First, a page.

At 25, India's reigning national champion HS Prannoy has already seen several highs and lows in his career. While winning a silver at the 2010 Youth Olympics brought him to the spotlight, the Pullela Gopichand-ward showed he has it in him to succeed at the highest level when he stunned an in-form Lin Dan at French Open in 2015.
Nonetheless, Prannoy had been struggling to make best use of his potential and turn it into consistent results as a long list of injuries proved to be his toughest opponent, more often than not.
By his own admission, Prannoy had struggled to find a balance between quality and quantity in the lead-up to the Olympic year in 2016. He had come up with some inspiring victories, but consistency had always been an area of concern for the Delhi-born Kerala man.
'2017: One of my best seasons'
However, Prannoy was able to prove his doubters wrong in what was one of his "best seasons" for him in 2017. The young shuttler had decided to take a break and reassess his game after his crushing first-round exit at India Superseries in March last year.
The Indian shuttler reveals he made a "conscious decision" to not to be in the race for a World Championships slot and rather focussed on "taking a break and working on training aspects".
The move worked wonders for him as he stunned legendary names Lee Chong Wei and Chen Long in successive rounds at the Indonesia Open before failing to cross the semi-final hurdle.
Prannoy proved the Indonesia Open run was not a flash in the pan by clinching his third Grand Prix Gold title at US Open in July 2017.
After outclassing Chong Wei for the second time in the year at Denmark Open, Prannoy reached the semi-final of French Open, losing to eventual champion and good friend Kidambi Srikanth in a fiercely-fought three-game encounter 14-21, 21-19, 21-18.
Prannoy had played the semi-final like "the beast", according to Srikanth. As it turned out, "the beast" was at it again at the Senior National Championships final, in which he claimed revenge against the numero uno of Indian men's singles badminton.
After having finished 2017 with a career-high ranking of 10, Prannoy is looking set to climb the BWF ladder even higher.
Prannoy will open his 2018 campaign at Indonesia Masters, starting January 23. The Premier Badminton League (PBL) star spoke to International Business Times, India about his last season, growing rivalry with higher-ranked Srikanth during his stay in Chennai earlier this month.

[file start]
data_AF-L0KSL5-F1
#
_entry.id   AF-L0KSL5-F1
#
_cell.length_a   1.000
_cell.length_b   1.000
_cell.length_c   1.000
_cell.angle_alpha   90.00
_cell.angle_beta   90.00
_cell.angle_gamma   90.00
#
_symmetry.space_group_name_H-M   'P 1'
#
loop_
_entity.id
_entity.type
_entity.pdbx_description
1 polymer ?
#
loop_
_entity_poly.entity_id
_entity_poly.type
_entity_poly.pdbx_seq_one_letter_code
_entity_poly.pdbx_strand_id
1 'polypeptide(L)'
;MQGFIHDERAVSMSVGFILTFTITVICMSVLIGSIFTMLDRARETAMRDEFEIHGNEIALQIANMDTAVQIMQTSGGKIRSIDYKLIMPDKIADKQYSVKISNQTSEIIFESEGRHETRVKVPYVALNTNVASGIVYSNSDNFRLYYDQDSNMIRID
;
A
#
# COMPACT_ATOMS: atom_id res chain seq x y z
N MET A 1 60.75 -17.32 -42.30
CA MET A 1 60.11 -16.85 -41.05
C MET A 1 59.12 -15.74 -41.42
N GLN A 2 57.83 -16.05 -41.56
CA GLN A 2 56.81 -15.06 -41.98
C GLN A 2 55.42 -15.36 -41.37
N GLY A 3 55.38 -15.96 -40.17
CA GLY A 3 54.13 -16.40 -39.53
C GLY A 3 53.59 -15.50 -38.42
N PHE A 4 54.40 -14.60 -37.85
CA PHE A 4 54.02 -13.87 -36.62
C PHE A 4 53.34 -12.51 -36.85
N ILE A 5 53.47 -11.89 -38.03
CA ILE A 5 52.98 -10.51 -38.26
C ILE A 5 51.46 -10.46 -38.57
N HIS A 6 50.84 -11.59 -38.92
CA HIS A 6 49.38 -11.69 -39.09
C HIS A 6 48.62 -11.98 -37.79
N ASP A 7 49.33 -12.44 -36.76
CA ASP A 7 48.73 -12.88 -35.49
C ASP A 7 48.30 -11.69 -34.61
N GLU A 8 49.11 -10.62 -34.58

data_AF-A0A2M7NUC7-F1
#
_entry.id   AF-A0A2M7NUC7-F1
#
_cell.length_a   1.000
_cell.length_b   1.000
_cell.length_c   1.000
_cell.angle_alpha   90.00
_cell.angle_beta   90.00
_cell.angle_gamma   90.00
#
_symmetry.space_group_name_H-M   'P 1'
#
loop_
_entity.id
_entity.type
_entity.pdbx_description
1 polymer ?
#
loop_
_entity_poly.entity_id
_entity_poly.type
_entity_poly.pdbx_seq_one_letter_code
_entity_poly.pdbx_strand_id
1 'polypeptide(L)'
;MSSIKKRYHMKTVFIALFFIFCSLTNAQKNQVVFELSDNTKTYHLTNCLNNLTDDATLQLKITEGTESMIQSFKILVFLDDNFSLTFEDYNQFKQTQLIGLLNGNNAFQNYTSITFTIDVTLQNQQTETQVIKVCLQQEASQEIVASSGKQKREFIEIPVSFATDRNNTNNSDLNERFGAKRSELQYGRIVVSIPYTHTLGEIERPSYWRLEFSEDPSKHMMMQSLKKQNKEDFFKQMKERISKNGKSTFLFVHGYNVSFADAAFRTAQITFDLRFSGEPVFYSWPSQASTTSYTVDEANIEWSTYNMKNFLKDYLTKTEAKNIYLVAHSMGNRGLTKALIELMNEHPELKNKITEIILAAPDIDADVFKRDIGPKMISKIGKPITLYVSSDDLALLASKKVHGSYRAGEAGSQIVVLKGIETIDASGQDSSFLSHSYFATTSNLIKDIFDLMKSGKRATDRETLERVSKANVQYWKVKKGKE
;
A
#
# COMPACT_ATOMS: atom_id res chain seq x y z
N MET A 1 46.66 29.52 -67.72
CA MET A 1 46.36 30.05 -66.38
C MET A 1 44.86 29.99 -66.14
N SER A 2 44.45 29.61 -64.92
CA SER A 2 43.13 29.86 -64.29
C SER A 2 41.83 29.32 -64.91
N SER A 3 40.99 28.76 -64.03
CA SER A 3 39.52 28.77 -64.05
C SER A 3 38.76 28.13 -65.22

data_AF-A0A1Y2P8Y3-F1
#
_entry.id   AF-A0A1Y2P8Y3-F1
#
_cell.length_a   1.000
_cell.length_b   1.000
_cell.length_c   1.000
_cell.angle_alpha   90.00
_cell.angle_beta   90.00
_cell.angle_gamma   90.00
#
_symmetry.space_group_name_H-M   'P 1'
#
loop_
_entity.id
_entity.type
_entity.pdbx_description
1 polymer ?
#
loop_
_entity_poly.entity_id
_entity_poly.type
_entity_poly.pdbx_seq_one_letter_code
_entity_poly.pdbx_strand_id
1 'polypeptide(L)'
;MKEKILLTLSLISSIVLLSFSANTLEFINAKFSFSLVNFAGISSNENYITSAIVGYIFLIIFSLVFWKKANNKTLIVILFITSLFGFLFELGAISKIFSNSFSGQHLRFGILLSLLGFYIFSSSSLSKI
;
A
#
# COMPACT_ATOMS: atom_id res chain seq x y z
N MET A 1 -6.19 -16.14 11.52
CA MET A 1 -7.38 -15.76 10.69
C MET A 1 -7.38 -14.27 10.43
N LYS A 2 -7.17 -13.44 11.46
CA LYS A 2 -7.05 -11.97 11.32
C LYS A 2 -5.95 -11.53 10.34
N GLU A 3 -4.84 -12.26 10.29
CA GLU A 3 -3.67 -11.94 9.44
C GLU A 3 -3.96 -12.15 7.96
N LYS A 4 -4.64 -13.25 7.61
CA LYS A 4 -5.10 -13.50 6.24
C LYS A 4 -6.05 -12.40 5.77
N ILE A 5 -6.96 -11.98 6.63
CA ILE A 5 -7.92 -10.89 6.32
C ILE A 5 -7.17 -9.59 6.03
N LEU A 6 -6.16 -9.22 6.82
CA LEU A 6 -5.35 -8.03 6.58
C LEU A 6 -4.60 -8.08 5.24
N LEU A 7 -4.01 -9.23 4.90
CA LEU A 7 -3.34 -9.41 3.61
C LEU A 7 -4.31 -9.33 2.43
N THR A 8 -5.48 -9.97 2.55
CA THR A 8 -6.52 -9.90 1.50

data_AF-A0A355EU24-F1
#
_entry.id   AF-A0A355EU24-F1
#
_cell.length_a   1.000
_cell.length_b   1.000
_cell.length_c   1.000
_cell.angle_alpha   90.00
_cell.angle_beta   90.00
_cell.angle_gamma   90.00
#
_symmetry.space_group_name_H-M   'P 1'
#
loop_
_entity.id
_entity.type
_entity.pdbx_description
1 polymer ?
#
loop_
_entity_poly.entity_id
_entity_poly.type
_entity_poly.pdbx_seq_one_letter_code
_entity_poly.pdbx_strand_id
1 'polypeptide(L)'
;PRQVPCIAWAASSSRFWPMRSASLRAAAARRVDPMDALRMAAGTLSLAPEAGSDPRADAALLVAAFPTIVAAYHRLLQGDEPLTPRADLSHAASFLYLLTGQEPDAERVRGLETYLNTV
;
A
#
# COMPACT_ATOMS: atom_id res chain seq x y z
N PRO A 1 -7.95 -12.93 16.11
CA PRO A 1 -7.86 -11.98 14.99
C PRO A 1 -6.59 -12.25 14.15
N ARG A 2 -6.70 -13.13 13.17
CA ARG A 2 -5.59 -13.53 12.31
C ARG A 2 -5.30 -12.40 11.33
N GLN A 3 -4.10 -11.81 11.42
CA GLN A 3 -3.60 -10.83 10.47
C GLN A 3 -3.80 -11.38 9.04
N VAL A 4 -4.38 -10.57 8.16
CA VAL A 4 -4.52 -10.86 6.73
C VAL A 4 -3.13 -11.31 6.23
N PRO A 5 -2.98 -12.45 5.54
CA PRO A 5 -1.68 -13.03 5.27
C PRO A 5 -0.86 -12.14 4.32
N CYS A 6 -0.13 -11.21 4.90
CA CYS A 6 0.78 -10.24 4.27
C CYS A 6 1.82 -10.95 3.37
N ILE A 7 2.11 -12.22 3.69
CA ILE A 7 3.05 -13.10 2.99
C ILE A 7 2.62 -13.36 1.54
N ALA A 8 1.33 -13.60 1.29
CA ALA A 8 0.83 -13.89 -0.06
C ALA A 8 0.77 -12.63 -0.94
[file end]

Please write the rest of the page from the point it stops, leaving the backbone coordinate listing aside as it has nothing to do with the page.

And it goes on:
Here are excerpts from the interview
IBT INDIA: How would you rate your 2017 season?
Prannoy: Pretty good season, I would say. It was a slow start, but I think from the month of July, I really picked up. To come from 30 to 10 (world rankings) was not easy and had to play couple of really good tournaments.
To end with the Senior National Championship title made it even more better. It gave a lot of confidence. The amount of matches I played in each tournament kept increasing as the year progressed. 2017 was one of the best seasons in my career.
Wins against Lee Chong Wei and Chen Long gave a lot of confidence, especially the one against Chen. It was not really easy, it was one thing I thought I would never do.
IBT INDIA: How difficult was it to take your focus off World Championships (2017) berth?
Prannoy: It was a conscious decision from my side. I wanted to skip a couple of tournaments before the World Championships. I was really aware of what is going to open.
I wanted to take a break and work on the training aspects. It really worked for me. I needed a couple of changes, I did that during that period. I thought I can play World Championships anytime, probably from next year.
I honestly felt I was not ready for the World Championships at that point of time.
IBT INDIA: What are you plans for Commonwealth and Asian Games this year?
Prannoy: First thing is to qualify because there is a lot of competition amongst ourselves. I hope I will qualify as I am the number two [India's second-ranked] shuttler now. There is a lot of expectations from everyone when it comes to Asian Games and Commonwealth Games. We have a good team to win medals.
Training would be the key thing, especially for bigger events. Not really thinking about it now, but I think I should be good enough to play those events.
IBT INDIA: Do you think there is a rivalry growing between your friend Kidambi Srikanth and you?
Prannoy: It's pretty common because when the top two players perform well for the country, there is always a rivalry. It's pretty good for the sport because people love such rivalries. People love the Saina (Nehwal)-(PV) Sindhu rivalry. I have had couple of wins against him. It's great for badminton as the sport only grows if we have this kind of stuff.